Cycling from Clyde to Cromwell

I am not a cyclist, by any means. The last time I rode a bike was in 2020, in short bursts between the Martinborough Vineyards. The time before that was in 2019 on an eBike day tour in Rome. And before that, it was probably back in 2012 at Ohope Beach.

Cycling is not my thing.

But I love the outdoors and being active. I also love the Central Otago Landscapes, so there was no way I was passing up the opportunity to explore this area by bike.

There are many cycle tracks and trails in Otago, including the Otago Rail Trail that connects Clyde to Middlemarch along a 152 Kilometre track. In May 2021, The Lake Dunstan Trail opened. My brother and I decided to tackle this 52km, track that connects Cromwell to Clyde.

We collect our e-bikes from Bike IT Now in Clyde and are given a short induction. We then do a quick test ride up and down the street to make sure we are comfortable and heights are set correctly. I am pretty rusty and wobble all over the place, but after a few minutes I get the hang of it. Your know the saying, ‘It’s just like riding a bike’.

We then set off to tackle the ride. I am excited for the day ahead and the sights we will see. After 10 or so minutes I test out the ebike, putting it onto eco. What a difference, it makes the pedalling so easy.

The path snakes alongside The Clutha River, which is a beautiful, vibrant, emerald green this morning. Throughout the day, the colours change to various shades of blues and turquoises. The lakes and rivers aren’t brilliant jewel colours in the North Island. South Island lakes are really quite special in this way.

It’s looking like it will be a hot day, but we have set off early and hope to avoid the fierce afternoon heat. The track starts out flat, then grows into a gradual climb. We cross Hugo bridge, an 85.5 metre suspension bridge. All I can say is, don’t look down! The track gets steeper and steeper, but with the eBike, it’s no problem, I just switch it onto boost and the bike practically pedals itself (and me) up the hills.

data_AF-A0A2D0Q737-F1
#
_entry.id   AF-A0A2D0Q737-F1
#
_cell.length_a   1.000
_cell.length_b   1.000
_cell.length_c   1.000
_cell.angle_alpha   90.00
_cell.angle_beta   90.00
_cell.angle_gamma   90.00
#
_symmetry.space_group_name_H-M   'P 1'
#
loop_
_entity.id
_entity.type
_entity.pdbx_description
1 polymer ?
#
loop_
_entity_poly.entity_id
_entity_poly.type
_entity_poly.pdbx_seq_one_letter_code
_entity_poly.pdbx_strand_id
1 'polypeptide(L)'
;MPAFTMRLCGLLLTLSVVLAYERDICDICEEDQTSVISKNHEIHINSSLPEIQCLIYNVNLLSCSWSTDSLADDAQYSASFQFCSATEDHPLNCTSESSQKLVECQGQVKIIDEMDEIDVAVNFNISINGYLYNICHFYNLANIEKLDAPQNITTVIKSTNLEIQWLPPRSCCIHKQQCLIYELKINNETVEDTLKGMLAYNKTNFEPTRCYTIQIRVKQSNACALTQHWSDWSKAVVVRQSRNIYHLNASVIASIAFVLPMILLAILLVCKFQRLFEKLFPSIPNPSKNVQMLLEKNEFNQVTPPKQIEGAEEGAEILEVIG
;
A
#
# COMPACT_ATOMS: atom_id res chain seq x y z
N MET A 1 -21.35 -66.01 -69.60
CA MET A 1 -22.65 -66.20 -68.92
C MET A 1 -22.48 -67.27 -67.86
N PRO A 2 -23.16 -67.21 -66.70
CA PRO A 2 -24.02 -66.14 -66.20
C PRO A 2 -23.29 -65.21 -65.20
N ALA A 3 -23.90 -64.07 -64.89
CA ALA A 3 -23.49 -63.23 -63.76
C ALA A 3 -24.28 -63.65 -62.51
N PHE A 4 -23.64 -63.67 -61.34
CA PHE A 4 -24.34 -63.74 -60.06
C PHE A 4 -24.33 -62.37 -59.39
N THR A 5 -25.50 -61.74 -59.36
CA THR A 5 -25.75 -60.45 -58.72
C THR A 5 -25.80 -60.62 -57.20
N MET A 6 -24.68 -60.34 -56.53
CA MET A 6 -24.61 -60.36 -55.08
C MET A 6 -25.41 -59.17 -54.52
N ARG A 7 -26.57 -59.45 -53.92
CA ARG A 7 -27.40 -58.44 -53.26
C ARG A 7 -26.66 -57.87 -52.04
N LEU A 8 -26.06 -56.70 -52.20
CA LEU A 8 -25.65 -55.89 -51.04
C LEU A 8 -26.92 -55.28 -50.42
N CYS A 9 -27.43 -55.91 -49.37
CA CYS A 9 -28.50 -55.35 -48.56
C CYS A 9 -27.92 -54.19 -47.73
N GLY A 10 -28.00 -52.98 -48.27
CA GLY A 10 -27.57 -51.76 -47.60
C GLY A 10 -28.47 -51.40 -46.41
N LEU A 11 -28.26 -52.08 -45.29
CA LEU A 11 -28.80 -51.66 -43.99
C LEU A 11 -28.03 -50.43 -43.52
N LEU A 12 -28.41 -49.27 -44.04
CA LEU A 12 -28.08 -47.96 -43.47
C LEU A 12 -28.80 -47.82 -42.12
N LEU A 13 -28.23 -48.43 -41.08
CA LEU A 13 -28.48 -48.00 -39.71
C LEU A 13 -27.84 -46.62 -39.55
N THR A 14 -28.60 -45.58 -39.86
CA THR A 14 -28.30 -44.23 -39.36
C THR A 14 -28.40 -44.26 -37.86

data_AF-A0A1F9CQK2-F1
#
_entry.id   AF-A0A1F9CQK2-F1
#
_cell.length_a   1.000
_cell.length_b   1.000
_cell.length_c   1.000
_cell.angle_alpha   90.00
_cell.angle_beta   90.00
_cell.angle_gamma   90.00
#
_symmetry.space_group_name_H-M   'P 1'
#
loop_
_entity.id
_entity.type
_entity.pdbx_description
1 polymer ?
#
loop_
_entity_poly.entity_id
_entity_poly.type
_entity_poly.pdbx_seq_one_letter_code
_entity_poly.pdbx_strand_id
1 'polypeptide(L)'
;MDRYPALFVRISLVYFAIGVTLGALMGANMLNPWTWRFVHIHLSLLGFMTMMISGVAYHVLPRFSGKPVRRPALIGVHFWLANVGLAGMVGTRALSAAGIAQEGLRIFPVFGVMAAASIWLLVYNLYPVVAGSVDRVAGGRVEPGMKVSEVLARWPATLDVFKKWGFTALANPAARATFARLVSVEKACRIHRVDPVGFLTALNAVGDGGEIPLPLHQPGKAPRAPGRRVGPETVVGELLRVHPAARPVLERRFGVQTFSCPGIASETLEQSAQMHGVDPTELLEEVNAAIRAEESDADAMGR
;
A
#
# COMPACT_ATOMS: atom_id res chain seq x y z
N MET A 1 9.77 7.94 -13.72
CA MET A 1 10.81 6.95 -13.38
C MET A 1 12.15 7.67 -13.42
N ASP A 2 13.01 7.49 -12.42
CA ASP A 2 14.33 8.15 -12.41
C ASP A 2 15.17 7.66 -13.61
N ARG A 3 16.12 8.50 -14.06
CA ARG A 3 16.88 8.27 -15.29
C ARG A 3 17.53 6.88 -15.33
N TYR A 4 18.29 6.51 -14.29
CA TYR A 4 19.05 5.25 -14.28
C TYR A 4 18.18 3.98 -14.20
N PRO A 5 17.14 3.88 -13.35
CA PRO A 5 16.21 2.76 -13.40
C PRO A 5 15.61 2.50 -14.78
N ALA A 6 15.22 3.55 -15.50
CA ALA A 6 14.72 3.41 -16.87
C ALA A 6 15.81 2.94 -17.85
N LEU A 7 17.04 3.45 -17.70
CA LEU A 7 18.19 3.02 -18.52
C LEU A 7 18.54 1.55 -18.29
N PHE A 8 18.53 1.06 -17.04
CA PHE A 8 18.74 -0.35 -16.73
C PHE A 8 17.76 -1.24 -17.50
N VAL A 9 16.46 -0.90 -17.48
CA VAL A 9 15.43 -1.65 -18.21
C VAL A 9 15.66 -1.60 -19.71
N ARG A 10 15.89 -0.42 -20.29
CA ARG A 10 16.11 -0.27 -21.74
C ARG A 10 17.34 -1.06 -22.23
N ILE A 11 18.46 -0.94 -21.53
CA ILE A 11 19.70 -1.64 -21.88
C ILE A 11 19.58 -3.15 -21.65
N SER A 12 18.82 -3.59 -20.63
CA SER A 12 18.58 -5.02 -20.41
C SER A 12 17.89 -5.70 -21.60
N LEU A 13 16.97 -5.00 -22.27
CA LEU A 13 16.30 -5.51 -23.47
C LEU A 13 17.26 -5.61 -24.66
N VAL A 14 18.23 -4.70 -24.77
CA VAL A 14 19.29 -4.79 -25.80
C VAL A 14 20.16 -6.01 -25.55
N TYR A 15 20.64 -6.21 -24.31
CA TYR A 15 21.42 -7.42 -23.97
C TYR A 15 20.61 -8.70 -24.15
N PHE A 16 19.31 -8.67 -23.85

As we reach the peak, 342m high, there are some incredible views across the river and looking out to Cromwell. We stop for a while to soak in the view and see how far we have come.

We have gone up the hill, now it’s time to go down the other side. It’s pretty steep with some sharp turns and there are a few parts where I have to get off and walk the bike down. Cycling down steep hills is hard, but I do feel for the people we pass coming up it!

We reach the bottom and come across the newly launched Coffee Afloat. A boat serving coffee, ice creams, baking, cold drinks and snacks to the trail riders. In September, Burger Afloat was also launched. It’s pretty popular, there must have been at least 50 people there, resting on the nearby rocks and refueling.

We decide not to stop, so instead, carry onto the next section of the track, which is really quite impressive. Not impressive scenery, (although it is lovely) but the track itself. Up to this point, we have be cycling along tracks carved out of the hills, but this part is a path, suspended off the rocks, right above the river. Goodness knows how they were able to build such a structure, but it makes for some scenic riding.